I’ve sat through countless project reviews where progress updates are provided about whether items are on track. It can be a tense meeting with project managers defending their updates against a barrage of critical questions. It can also be a dull affair with one way updates and little dialogue. The assessments taken at face value. Both are unpleasant and both miss the mark.
The Real Purpose of a Project Review
The purpose of a project review is to assess whether the committed outcome will be achieved. I use the word committed intentionally. Both the customer and the performer are committed to achieve the desired outcome, they are partners. The customer is the recipient and the performer takes responsibility for completion.
The most common assessment I hear in project reviews is ‘on track’. Everyone is happy and confirming evidence supports the assessment. Everything presented looks ok. Everyone feels good until the due date, when the outcome isn’t achieved. Perhaps it is 90 or 95% complete, never mind the missing 10%. While 90% isn’t bad, what would it be like to get 100% done? My guess is a whole lot more satisfying for both customer and performer.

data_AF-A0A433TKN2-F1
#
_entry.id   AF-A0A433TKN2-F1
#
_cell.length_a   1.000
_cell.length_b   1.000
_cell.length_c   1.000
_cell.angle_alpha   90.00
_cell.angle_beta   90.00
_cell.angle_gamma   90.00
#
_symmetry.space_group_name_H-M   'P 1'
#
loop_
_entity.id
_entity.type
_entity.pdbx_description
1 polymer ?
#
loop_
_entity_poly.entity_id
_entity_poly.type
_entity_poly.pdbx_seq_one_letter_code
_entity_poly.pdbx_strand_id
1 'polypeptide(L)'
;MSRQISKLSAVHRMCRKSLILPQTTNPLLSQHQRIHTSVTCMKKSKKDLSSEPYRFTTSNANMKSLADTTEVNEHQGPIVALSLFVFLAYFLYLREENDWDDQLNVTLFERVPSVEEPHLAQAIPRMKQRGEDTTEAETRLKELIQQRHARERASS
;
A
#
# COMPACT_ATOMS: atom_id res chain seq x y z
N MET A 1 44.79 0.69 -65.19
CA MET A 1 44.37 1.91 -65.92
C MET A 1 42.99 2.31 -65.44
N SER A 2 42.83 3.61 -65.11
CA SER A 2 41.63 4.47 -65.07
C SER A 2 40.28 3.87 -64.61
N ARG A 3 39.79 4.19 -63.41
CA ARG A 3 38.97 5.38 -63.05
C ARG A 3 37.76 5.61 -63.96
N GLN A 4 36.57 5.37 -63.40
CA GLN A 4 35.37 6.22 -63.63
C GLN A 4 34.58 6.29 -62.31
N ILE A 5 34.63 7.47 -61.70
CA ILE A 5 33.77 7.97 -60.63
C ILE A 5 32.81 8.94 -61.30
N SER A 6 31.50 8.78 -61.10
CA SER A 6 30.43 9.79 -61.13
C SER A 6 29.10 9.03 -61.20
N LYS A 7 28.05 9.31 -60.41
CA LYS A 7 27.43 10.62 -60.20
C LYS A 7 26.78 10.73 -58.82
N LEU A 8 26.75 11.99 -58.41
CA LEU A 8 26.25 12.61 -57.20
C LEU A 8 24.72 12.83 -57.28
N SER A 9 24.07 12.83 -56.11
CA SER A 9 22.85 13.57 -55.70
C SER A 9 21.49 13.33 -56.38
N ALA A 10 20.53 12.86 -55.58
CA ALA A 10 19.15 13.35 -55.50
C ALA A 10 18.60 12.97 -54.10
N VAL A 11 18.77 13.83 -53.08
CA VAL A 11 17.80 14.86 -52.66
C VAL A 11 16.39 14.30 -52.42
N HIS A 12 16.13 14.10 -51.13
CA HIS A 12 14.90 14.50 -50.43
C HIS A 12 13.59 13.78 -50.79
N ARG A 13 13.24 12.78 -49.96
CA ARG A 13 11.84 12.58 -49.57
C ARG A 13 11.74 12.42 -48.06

The Right Culture
In these cases, many people criticize the project manager for providing optimistic forecasts. While that may be true, there is another more impactful problem, the culture of the organization. By this I mean what the organization values. When the focus is on the expected outcome, the culture will tend to value positive results. Rather than focus on the expected outcome, it is much more valuable to focus on the quality of the project assessments.
If we reward people for making high quality assessments, the results will take care of themselves. There will be a more accurate understanding of the current situation and any action required to achieve the desired outcome.
What do you value in your project reviews? Does your team deliver 100% of the desired results? What is the quality of your project assessments?